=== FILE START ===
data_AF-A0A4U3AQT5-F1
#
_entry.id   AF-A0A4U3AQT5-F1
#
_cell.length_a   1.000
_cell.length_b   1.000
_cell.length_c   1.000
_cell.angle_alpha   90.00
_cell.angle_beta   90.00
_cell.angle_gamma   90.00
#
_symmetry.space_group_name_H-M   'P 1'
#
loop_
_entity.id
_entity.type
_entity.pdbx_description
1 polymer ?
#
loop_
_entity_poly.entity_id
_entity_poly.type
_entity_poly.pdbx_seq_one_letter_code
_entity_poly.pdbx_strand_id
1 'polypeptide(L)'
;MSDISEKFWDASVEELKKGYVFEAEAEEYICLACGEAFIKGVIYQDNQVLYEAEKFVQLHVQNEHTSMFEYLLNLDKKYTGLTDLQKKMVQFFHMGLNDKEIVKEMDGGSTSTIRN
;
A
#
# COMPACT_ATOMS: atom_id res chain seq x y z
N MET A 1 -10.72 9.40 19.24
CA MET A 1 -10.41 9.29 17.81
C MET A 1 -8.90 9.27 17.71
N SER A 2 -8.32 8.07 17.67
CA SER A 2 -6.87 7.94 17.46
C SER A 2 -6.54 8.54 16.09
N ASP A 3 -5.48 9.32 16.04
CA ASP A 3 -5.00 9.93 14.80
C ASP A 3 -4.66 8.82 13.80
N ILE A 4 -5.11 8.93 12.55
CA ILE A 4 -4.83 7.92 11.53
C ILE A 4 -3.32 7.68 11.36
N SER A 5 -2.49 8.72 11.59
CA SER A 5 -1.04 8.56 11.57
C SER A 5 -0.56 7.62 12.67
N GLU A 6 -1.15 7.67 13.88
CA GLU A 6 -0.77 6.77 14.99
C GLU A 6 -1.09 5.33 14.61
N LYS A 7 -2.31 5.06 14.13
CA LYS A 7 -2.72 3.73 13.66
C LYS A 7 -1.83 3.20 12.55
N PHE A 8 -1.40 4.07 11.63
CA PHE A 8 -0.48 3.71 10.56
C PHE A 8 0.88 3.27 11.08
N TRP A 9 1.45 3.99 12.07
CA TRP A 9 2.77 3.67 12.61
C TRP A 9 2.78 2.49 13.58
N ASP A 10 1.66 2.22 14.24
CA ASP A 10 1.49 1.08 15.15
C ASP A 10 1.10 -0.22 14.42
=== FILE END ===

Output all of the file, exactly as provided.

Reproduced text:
data_AF-A0A4U3AQT5-F1
#
_entry.id   AF-A0A4U3AQT5-F1
#
_cell.length_a   1.000
_cell.length_b   1.000
_cell.length_c   1.000
_cell.angle_alpha   90.00
_cell.angle_beta   90.00
_cell.angle_gamma   90.00
#
_symmetry.space_group_name_H-M   'P 1'
#
loop_
_entity.id
_entity.type
_entity.pdbx_description
1 polymer ?
#
loop_
_entity_poly.entity_id
_entity_poly.type
_entity_poly.pdbx_seq_one_letter_code
_entity_poly.pdbx_strand_id
1 'polypeptide(L)'
;MSDISEKFWDASVEELKKGYVFEAEAEEYICLACGEAFIKGVIYQDNQVLYEAEKFVQLHVQNEHTSMFEYLLNLDKKYTGLTDLQKKMVQFFHMGLNDKEIVKEMDGGSTSTIRN
;
A
#
# COMPACT_ATOMS: atom_id res chain seq x y z
N MET A 1 -10.72 9.40 19.24
CA MET A 1 -10.41 9.29 17.81
C MET A 1 -8.90 9.27 17.71
N SER A 2 -8.32 8.07 17.67
CA SER A 2 -6.87 7.94 17.46
C SER A 2 -6.54 8.54 16.09
N ASP A 3 -5.48 9.32 16.04
CA ASP A 3 -5.00 9.93 14.80
C ASP A 3 -4.66 8.82 13.80
N ILE A 4 -5.11 8.93 12.55
CA ILE A 4 -4.83 7.92 11.53
C ILE A 4 -3.32 7.68 11.36
N SER A 5 -2.49 8.72 11.59
CA SER A 5 -1.04 8.56 11.57
C SER A 5 -0.56 7.62 12.67
N GLU A 6 -1.15 7.67 13.88
CA GLU A 6 -0.77 6.77 14.99
C GLU A 6 -1.09 5.33 14.61
N LYS A 7 -2.31 5.06 14.13
CA LYS A 7 -2.72 3.73 13.66
C LYS A 7 -1.83 3.20 12.55
N PHE A 8 -1.40 4.07 11.63
CA PHE A 8 -0.48 3.71 10.56
C PHE A 8 0.88 3.27 11.08
N TRP A 9 1.45 3.99 12.07
CA TRP A 9 2.77 3.67 12.61
C TRP A 9 2.78 2.49 13.58
N ASP A 10 1.66 2.22 14.24
CA ASP A 10 1.49 1.08 15.15
C ASP A 10 1.10 -0.22 14.42